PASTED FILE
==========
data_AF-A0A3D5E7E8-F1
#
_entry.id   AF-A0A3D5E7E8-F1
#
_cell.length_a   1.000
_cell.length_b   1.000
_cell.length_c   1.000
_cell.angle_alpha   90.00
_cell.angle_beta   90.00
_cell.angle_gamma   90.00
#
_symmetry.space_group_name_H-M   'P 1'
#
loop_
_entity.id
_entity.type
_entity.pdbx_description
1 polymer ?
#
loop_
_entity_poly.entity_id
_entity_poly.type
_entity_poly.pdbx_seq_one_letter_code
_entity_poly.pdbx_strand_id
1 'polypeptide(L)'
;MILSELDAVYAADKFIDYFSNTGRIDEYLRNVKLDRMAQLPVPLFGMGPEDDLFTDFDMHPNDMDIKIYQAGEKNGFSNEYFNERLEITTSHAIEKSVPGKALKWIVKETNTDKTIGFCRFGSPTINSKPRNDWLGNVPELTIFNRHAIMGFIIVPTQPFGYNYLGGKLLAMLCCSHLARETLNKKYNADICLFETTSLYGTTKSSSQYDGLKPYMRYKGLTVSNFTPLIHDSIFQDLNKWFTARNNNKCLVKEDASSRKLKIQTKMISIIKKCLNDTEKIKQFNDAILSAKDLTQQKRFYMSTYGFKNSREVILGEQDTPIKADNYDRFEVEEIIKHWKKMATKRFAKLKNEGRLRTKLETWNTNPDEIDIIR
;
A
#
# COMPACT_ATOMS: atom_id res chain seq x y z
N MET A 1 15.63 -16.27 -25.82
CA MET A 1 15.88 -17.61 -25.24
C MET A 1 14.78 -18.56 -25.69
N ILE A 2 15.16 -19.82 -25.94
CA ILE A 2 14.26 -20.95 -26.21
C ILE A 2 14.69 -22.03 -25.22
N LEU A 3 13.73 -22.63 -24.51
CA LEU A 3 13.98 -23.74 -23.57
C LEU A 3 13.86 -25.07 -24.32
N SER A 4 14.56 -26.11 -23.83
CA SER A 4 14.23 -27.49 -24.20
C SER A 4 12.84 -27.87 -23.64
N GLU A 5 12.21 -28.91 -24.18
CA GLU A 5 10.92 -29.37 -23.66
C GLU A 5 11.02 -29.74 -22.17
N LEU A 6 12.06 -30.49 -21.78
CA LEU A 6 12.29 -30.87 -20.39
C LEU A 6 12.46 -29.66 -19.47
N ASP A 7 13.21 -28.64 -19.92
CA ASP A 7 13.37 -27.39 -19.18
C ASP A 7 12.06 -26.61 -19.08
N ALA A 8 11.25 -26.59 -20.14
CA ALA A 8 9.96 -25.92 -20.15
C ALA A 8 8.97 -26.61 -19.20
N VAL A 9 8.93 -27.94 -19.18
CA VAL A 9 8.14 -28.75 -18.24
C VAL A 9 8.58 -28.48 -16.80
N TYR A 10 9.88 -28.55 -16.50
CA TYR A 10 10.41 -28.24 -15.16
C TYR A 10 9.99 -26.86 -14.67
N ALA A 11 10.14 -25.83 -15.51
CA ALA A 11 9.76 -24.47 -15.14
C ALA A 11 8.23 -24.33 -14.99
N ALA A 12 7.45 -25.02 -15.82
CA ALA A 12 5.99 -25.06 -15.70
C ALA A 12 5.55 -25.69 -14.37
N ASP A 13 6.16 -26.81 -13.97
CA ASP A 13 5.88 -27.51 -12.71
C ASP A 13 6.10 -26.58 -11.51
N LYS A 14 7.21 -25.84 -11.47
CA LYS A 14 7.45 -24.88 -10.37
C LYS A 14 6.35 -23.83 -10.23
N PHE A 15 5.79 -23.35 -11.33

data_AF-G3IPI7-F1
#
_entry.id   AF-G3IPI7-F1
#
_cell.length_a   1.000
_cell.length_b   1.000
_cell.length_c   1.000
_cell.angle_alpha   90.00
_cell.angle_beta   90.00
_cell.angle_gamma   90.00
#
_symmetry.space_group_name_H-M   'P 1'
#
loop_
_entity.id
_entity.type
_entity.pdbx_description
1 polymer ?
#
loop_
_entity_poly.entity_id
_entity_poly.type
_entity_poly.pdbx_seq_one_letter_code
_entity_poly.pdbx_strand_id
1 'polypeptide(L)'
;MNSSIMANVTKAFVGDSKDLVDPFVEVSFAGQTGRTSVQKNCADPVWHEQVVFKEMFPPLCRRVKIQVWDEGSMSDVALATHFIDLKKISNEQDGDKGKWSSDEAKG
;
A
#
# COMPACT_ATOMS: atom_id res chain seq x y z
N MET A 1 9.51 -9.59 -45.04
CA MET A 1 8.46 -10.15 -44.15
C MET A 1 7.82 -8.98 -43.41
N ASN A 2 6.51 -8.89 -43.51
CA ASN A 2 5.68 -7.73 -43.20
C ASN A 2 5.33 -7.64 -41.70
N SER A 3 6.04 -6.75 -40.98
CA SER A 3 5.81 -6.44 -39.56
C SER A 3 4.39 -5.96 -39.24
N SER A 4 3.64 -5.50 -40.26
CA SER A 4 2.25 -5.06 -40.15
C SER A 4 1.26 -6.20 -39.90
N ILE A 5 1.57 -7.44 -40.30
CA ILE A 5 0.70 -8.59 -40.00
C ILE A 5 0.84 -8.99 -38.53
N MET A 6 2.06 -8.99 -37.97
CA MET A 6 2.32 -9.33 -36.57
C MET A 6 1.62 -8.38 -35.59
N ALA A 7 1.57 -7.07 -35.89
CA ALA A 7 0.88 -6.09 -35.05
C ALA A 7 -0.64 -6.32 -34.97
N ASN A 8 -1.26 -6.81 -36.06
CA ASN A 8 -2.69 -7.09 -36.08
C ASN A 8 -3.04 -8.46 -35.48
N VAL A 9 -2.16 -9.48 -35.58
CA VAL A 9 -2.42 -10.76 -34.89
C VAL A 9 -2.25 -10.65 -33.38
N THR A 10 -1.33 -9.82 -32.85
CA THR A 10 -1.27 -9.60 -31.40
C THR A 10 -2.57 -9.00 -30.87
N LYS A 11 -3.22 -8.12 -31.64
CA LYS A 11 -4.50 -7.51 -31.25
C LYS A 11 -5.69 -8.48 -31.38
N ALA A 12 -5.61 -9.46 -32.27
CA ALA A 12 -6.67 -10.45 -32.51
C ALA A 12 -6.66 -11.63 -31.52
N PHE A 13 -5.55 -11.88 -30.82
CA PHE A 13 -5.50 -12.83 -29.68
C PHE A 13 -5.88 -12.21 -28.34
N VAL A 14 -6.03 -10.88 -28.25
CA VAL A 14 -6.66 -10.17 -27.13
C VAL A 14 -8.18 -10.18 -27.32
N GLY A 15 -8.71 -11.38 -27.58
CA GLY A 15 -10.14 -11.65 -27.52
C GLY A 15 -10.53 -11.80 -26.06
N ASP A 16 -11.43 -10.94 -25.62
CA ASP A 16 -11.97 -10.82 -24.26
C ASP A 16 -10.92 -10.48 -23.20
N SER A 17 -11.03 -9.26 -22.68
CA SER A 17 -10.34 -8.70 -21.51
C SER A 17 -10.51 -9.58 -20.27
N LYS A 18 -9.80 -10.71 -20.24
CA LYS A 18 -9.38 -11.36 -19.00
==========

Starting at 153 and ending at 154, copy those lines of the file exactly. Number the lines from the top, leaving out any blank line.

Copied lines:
CA SER A 17 -10.34 -8.70 -21.51
C SER A 17 -10.51 -9.58 -20.27